Risk of Autism Higher in Children with Older Siblings on the Spectrum

siblingsAccording to the most recent statistics from the Centers for Disease Control and Prevention (CDC), about one in every 88 children are diagnosed with autism. This is an increase from one in 110 back in 2009; in fact, autism rates have been increasing rapidly over the last decade. Why?

Well, there are a lot of possible answers to that questions – everything from better testing and awareness to chemicals in the environment are suspected. Previous studies have also indicated that children with a sibling on the autism spectrum are at higher risk for being diagnosed than those that do not have siblings with autism. But according to a new study from Aarhus University, that risk isn’t as high as previously thought.

For their study, Therese Gronborg and colleagues examined birth, civil and psychiatric registries to track 1.5 million children born in Denmark between 1980 and 2004. Through 2010, a little over 13,000 of those children were diagnosed with autism; 276 of those children had an older sibling also diagnosed with the condition. On average, this equated an elevated risk of autism of about 7% for children who had a sibling with autism. However, the percentage did vary somewhat, falling between 4.5% and 10.5%.

Children who had an older half-sibling with autism were also found to have an elevated risk of being diagnosed – the highest risk being for those that shared the same mother (2.4 times greater than those without a sibling on the spectrum). Half-siblings who shared the same father had a 1.5 times greater risk of ASD if their older sibling also had the condition, but researchers said that this finding could have simply been chance.

The increased risk is a bit concerning, especially for parents that already have a child on the spectrum. It may sway their decision on whether or not to have another child. However, there may be more at play here than just genetics, Gronborg says, because if genetics were the only factor, then the prevalence would be higher.

“I think a lot of autism researchers agree that the causes of autism are many and it’s very complex,” Gronborg, who was the leader on the study told Reuters Health. “If it was only genetics, we would see a much higher recurrence rate [among siblings].”

So what could be responsible for the increase? It’s likely that, just like autism itself, there are many different factors. It may be possible that parents of autistic children are already aware of the condition and its symptoms, or “it could be something in the upbringing,” Gronborg said.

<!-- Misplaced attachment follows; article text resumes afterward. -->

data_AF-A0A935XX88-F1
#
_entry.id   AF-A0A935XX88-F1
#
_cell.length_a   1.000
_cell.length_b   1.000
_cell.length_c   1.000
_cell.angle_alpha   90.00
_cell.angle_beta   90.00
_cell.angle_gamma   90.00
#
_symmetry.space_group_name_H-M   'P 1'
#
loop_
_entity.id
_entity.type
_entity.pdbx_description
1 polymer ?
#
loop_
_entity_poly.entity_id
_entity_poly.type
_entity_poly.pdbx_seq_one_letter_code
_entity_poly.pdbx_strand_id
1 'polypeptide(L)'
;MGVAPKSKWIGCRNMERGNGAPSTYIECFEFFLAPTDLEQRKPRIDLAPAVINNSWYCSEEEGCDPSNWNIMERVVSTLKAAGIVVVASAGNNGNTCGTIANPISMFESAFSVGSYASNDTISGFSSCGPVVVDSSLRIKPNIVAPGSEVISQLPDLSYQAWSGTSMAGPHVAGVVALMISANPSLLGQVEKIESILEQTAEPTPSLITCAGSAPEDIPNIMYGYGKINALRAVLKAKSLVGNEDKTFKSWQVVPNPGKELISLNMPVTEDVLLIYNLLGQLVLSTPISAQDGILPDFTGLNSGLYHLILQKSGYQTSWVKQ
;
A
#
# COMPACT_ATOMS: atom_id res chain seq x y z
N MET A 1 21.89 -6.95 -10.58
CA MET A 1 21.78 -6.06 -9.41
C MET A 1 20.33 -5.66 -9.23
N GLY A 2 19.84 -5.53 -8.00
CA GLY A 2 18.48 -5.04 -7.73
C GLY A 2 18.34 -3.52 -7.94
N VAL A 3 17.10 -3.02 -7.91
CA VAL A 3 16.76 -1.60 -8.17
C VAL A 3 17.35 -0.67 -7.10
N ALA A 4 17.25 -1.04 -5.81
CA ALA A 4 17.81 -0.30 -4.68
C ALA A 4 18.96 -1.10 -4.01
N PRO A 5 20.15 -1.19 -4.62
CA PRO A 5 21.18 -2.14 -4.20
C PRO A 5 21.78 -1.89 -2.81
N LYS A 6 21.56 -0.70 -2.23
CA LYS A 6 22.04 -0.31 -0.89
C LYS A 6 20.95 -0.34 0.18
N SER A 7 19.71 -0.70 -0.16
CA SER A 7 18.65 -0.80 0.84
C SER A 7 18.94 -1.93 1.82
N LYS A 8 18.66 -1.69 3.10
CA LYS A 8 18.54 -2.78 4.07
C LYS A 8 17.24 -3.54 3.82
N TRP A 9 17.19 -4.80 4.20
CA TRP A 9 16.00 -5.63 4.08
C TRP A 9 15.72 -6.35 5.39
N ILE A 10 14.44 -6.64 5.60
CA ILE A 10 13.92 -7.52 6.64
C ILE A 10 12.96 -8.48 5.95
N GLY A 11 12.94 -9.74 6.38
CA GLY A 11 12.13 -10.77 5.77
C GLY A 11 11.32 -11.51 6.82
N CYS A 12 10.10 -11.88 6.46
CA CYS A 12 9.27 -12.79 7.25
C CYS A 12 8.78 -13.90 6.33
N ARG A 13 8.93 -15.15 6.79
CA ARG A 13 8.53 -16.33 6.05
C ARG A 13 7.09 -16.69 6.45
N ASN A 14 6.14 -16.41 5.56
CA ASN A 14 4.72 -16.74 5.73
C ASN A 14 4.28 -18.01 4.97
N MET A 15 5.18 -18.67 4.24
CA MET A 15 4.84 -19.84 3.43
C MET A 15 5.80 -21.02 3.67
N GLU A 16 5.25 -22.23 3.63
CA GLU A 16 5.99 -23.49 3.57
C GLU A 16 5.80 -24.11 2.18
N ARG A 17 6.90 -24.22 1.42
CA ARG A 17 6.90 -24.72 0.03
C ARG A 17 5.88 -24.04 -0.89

Zachary Warren, from the Treatment and Research Institute for Autism Spectrum Disorders at the Vanderbilt Kennedy Center in Nashville, Tennessee says that the study definitely indicates a much smaller risk for children who have a sibling already on the spectrum; some studies have indicated that the risk could be as high as 18%. He called the Aarhus study “slightly conservative” when speaking with Reuters Health. However, he also said that the study is “good information to have.”

“[Parents] really want to have more definitive information about recurrence risk. I would still be, at the end of the day, more comfortable talking to families about the range of known risks,” he said.

And Gronborg added that the information found in their study may not help parents pin down an exact risk factor for their family, so having a wide range of information could be a good thing.

“No doubt there is an elevated risk and whether it [seems like] a high or low risk for families, they have to decide,” Gronborg said. “It’s also an average based on many families, so for some families the risk will be higher.”

I think what intrigued me most about this study is that we have five children. Our second oldest was diagnosed with autism. Our youngest son seems to have the closest bond with my son on the spectrum, and interestingly enough, my youngest mimics many of the behaviors and mannerisms. How do I know it’s mimicking? Well, we figured it out when, one day, there was a really annoying, loud-pitched noise (the smoke alarm, I think). My youngest child was sitting on the couch. My son with autism was standing in the dining room. As soon as he heard the sound, my youngest son’s eyes flew to his older brother. Only after my son with autism placed his hands over his ears to try and drown out the sound did my youngest do it. It happened in a split second, but I saw it.

Is it possible that my youngest is also on the spectrum? Maybe. But honestly, I don’t believe that is the case; in most things, he is right on target – potty trained, speaking well, he’s much more affectionate than his older brother ever was at that age, more aware of the world around him. Yet up until that day, the day I actually saw him mimic, I worried. And I have to wonder, is it at all possible that maybe a sibling here and a sibling there were mimicking autism symptoms? I don’t know. I’m not a doctor or a scientist. But it’s certainly something to think about.

What do you think? We’d love to hear your thoughts!

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About the author


Kate Givans is a wife and a mother of five—four sons (one with autism) and a daughter. She’s an advocate for breastfeeding, women’s rights, against domestic violence, and equality for all. When not writing—be it creating her next romance novel or here on Growing Your Baby—Kate can be found discussing humanitarian issues, animal rights, eco-awareness, food, parenting, and her favorite books and shows on Twitter or Facebook. Laundry is the bane of her existence, but armed with a cup of coffee, she sometimes she gets it done.

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